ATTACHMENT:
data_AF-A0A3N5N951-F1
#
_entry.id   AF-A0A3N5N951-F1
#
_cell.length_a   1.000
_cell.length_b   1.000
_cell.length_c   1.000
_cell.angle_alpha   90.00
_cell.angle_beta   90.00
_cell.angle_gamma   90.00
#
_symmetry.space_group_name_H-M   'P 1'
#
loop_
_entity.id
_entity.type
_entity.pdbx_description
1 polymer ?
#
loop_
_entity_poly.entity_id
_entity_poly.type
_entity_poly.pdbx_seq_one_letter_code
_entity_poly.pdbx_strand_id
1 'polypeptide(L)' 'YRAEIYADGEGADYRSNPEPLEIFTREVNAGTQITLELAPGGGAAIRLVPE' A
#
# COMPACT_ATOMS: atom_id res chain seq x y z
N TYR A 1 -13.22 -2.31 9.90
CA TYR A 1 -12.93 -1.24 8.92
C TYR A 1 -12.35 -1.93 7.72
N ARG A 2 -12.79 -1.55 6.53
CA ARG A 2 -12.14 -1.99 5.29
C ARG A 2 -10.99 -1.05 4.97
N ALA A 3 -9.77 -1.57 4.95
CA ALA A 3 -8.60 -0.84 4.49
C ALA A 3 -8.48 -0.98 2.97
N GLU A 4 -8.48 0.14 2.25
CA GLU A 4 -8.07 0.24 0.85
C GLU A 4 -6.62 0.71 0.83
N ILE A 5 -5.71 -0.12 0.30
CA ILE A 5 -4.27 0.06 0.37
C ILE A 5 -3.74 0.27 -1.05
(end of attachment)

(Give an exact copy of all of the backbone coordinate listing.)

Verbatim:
data_AF-A0A3N5N951-F1
#
_entry.id   AF-A0A3N5N951-F1
#
_cell.length_a   1.000
_cell.length_b   1.000
_cell.length_c   1.000
_cell.angle_alpha   90.00
_cell.angle_beta   90.00
_cell.angle_gamma   90.00
#
_symmetry.space_group_name_H-M   'P 1'
#
loop_
_entity.id
_entity.type
_entity.pdbx_description
1 polymer ?
#
loop_
_entity_poly.entity_id
_entity_poly.type
_entity_poly.pdbx_seq_one_letter_code
_entity_poly.pdbx_strand_id
1 'polypeptide(L)' 'YRAEIYADGEGADYRSNPEPLEIFTREVNAGTQITLELAPGGGAAIRLVPE' A
#
# COMPACT_ATOMS: atom_id res chain seq x y z
N TYR A 1 -13.22 -2.31 9.90
CA TYR A 1 -12.93 -1.24 8.92
C TYR A 1 -12.35 -1.93 7.72
N ARG A 2 -12.79 -1.55 6.53
CA ARG A 2 -12.14 -1.99 5.29
C ARG A 2 -10.99 -1.05 4.97
N ALA A 3 -9.77 -1.57 4.95
CA ALA A 3 -8.60 -0.84 4.49
C ALA A 3 -8.48 -0.98 2.97
N GLU A 4 -8.48 0.14 2.25
CA GLU A 4 -8.07 0.24 0.85
C GLU A 4 -6.62 0.71 0.83
N ILE A 5 -5.71 -0.12 0.30
CA ILE A 5 -4.27 0.06 0.37
C ILE A 5 -3.74 0.27 -1.05